NEW YORK – Bernard Madoff’s longtime auditor pleaded guilty to securities fraud charges Tuesday, saying he failed to do his job to verify the disgraced money manager’s financial records but did not know Madoff was running history’s biggest Ponzi scheme.
David Friehling, 49, entered the plea in U.S. District Court in Manhattan, apologizing to the thousands of victims who lost billions of dollars while he audited Madoff’s financial records between 1991 and 2008. The plea was part of a cooperation deal with prosecutors.
“In what was the biggest mistake of my life, I put my trust with Bernard Madoff,” Friehling told Judge Alvin K. Hellerstein.
Friehling said, “At no time was I ever aware Bernard Madoff was engaged in a Ponzi scheme.”
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He said if he had known that investor money was not properly invested, he would not have poured his family’s savings, including the college funds for three children ages 17, 20 and 24, into Madoff’s investment business.
But he admitted that he took the financial records handed him by Madoff “at face value,” failing to independently verify the assets of Madoff’s investment company or ensure that his bank account records or charts listing the purchase of securities were accurate.
He said he also prepared personal tax returns for Madoff that he knew were not accurate.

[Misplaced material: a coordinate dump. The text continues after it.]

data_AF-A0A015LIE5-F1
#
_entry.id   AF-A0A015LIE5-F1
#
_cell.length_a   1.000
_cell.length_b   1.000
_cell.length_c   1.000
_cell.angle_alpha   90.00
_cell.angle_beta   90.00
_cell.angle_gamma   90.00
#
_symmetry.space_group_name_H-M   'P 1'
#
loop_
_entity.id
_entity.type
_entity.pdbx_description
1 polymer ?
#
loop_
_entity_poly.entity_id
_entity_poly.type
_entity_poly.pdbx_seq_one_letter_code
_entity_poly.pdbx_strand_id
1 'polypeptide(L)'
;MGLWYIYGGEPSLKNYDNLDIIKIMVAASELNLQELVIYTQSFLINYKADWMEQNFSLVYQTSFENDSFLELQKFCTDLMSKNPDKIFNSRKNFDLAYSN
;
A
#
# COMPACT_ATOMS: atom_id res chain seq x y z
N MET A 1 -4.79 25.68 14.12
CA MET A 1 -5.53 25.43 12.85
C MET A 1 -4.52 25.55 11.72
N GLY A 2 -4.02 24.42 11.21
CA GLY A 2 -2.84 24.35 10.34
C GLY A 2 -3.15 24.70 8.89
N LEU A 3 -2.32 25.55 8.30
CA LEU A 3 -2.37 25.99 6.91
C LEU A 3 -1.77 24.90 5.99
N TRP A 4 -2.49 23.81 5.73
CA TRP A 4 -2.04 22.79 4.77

As part of his statement supporting his guilty plea, he apologized to Madoff’s investors for his role in the fraud. Hellerstein provided an opportunity for investors to speak at the proceeding but no one asked to do so in a courtroom crowded with reporters.
Friehling’s statement was made to support his guilty plea to charges of securities fraud, investment adviser fraud, making false filings with the Securities and Exchange Commission, and obstructing or impeding the administration of Internal Revenue laws.
The charges carry a potential prison term of up to 114 years in prison, though substantial cooperation with prosecutors can result in significant leniency.
Friehling has agreed to forfeit $3.1 million, which represents what he was paid by Madoff for his accounting and tax services, along with what his family withdrew from their Madoff accounts. A tentative sentencing date was set for Feb. 26, but it was unlikely that Friehling will be sentenced until he completes his cooperation with prosecutors.
Friehling remains free on $2.5 million bail.
Friehling was Madoff’s auditor from 1991 to 2008, a job he inherited from his father-in-law, who was originally hired by the father of Madoff’s wife, Ruth, in 1963, shortly after Madoff began his investment career.
The 71-year-old Madoff, who pleaded guilty to fraud charges in March, is serving a 150-year sentence at a prison in North Carolina.
Authorities say if Friehling had done his job, they would have known years earlier that Madoff was carrying out history’s greatest Ponzi scheme.